Did he mean John Paul II by this? Did he mean Benedict XVI? No, he did not. After all, he recently presided over the canonisation of John Paul. Would he have presided over the canonisation of a man he believes was guilty of “hostile inflexibility”?

On the other hand, he spoke of, “The temptation to a destructive tendency to goodness that in the name of a deceptive mercy binds the wounds without first curing them and treating them; that treats the symptoms and not the causes and the roots. It is the temptation of the ‘do-gooders,’ of the fearful, and also of the so-called ‘progressives and liberals.'”

David catalogues some of the positions held by the “liberals” who would see themselves as allies of Francis – or, more likely, see him as their ally. In doing so he shows how far removed many of them are from reality. The positions they hold are profoundly at variance with the teaching of the Church which has been so clearly preached in countless sermons by this pope, even in his short reign so far. David Quinn explains:

They don’t believe in the hierarchy. They don’t believe that the church is “One, Holy, Catholic and Apostolic”.

They don’t believe Jesus founded an ordained priesthood, even indirectly.

They don’t believe that the bread and wine become the Body and Blood of Christ at the Consecration.

They don’t believe marriage is indissoluble, despite what Jesus taught. They don’t believe that marriage is by its very nature the sexual and emotional union of a man and a woman.

Some don’t even believe in the Incarnation. They don’t believe that Jesus rose literally and physically from the dead.

They dismiss all the miracles performed by Jesus and explain them away in purely naturalistic terms. (Question: if you believe God created the universe, isn’t it fairly trivial to then believe in the miracles of Jesus? After all, if God can create the universe, don’t you think he could turn water into wine, or multiply the loaves and fishes?)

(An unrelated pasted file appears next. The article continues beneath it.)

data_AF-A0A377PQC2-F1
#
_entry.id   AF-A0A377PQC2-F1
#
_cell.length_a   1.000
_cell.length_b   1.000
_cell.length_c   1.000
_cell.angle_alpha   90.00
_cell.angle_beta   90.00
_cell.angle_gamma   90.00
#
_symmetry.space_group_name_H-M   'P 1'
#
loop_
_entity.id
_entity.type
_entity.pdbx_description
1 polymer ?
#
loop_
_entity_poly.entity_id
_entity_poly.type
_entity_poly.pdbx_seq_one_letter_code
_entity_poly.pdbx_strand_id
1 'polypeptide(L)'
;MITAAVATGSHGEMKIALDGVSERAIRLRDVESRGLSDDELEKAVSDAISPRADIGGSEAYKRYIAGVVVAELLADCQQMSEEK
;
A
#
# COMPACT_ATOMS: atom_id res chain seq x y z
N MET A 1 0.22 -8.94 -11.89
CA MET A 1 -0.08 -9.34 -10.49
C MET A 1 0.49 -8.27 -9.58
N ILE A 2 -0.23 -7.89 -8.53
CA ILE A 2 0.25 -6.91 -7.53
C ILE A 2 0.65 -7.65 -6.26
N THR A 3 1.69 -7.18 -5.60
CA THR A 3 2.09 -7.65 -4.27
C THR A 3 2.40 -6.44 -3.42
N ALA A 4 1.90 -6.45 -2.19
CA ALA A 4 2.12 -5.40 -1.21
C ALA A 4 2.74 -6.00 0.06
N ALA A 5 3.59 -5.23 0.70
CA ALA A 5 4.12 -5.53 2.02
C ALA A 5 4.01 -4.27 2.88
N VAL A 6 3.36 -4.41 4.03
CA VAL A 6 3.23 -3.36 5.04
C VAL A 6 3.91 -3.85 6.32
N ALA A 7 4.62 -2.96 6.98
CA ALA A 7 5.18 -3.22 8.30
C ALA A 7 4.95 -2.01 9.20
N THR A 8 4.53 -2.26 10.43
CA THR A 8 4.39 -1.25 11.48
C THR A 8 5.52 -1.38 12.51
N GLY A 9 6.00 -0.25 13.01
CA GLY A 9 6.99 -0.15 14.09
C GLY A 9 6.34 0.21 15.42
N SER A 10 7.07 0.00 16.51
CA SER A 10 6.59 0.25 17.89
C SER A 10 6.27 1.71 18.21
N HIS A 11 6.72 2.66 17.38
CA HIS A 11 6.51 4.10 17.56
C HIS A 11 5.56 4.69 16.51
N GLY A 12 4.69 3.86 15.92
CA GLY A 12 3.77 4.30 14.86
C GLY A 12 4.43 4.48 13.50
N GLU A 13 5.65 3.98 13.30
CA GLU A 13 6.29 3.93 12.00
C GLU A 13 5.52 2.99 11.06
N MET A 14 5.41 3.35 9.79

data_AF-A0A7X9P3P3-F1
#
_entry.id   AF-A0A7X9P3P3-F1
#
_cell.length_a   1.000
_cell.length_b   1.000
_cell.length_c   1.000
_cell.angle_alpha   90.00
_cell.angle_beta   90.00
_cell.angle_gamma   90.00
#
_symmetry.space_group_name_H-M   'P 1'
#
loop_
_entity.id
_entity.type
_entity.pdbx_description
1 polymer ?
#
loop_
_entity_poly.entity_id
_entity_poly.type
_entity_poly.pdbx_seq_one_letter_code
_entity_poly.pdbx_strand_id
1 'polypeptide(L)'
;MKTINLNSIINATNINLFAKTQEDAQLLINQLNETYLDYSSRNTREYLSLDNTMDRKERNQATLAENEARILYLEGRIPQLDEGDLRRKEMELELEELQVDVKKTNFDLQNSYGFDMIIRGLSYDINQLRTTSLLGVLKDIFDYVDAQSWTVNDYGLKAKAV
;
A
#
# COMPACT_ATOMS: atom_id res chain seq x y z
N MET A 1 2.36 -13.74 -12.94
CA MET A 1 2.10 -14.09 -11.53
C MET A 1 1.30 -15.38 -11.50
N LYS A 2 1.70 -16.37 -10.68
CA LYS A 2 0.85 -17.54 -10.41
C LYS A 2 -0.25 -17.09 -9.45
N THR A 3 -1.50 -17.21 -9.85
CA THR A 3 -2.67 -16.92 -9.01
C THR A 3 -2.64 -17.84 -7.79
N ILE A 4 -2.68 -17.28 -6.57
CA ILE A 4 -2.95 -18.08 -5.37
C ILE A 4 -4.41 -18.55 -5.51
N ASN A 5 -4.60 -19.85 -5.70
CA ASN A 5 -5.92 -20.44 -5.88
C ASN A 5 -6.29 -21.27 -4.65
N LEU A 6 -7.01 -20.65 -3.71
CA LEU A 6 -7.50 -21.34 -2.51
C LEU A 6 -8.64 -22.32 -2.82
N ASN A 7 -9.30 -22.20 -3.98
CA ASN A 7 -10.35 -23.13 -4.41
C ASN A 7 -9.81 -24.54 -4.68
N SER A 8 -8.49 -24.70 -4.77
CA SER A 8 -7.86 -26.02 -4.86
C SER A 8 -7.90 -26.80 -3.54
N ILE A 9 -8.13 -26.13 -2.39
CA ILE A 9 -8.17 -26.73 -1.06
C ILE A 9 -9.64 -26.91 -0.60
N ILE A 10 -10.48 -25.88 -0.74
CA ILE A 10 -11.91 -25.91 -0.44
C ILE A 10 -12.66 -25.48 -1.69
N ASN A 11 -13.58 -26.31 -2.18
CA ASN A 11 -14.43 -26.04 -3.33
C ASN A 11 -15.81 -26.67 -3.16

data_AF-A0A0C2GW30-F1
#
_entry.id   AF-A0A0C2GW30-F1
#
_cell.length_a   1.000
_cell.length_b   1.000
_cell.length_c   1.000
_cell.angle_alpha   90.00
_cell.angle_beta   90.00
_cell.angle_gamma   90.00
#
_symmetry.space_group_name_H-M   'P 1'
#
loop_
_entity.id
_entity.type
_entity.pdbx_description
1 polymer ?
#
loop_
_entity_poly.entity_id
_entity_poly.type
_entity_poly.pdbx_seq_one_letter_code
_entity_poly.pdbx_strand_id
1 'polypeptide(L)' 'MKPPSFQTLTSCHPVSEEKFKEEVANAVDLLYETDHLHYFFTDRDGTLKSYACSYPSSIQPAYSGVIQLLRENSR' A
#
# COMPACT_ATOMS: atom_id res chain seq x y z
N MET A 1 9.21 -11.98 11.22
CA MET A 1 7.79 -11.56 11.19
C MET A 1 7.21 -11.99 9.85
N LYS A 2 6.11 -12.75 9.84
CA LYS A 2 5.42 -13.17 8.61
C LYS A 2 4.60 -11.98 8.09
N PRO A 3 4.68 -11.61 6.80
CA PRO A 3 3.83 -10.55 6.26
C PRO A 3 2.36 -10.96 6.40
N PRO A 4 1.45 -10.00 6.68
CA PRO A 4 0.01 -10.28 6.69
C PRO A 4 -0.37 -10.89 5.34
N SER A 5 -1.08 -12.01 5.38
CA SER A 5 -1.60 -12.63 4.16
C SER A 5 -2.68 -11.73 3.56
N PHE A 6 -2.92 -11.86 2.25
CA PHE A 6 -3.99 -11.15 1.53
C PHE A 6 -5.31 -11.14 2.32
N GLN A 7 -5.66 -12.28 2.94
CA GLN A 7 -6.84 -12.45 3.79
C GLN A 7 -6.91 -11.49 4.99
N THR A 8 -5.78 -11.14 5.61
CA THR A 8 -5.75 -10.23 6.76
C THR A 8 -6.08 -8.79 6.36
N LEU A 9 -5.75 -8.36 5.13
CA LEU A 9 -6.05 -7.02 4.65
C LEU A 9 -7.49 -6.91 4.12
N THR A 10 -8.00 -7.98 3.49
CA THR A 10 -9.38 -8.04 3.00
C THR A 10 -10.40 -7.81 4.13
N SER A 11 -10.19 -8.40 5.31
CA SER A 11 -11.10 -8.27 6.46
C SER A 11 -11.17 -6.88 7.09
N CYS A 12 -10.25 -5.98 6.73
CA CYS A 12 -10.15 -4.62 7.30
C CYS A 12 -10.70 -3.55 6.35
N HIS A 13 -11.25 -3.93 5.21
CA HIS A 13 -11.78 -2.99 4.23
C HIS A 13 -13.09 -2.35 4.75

Pope Francis is absolutely not a liberal in this sense. What he is simply trying to do is make the church’s message more convincing, that is, to present the Gospel of Jesus in a new way.

He knows that when many people think about the church’s teaching on relationships and sexuality, they think “harsh and judgmental”, even though you would be extremely hard pressed on any given Sunday to hear a priest preach about the family in a way that is even remotely harsh and judgmental.

You would also be hard pressed to find many people who even understand the church’s teaching on the family and why it thinks marriage is so important and why weakening that teaching, far from being an act of “mercy”, would in fact do a huge disservice to society.

The model for all Christians is Christ. The model for the Vicar of Christ on earth is, par excellence, the Good Shepherd. That model, preached explicitly by Christ, was lived in practice by him and that living example was recorded for us in a number of instances.

One was when he scandalized the Pharisees by dining with sinners – and we are not told that they were just considered to be sinners. He even dined with arrogant Pharisees. The scandal of the Pharisees many not be that far removed from the scandal of those shocked by the merciful words of Francis towards us in our struggles to live up to our faith.

Another was when he rescued the woman about to be stoned for adultery. In neither case did Christ say a sin was not a sin. In one he explained that he came to heal the sick, not the healthy. In the other, while he said “neither do I condemn you”, he also exhorted the woman to “go an sin no more”. He “welcomed” and loved all these people.

Pope Francis, in our time, is giving us all the living example of Christ. He is, as St. Catherine of Sienna said, “the sweet Christ on earth”. He is saying to us, “Go and do likewise.” He is giving us a great deal to think about – and for a bonus he has galvanised the attention of the world to the Word of God in a positive manner we have not seen since the early days of the pontificate of St. John Paul II.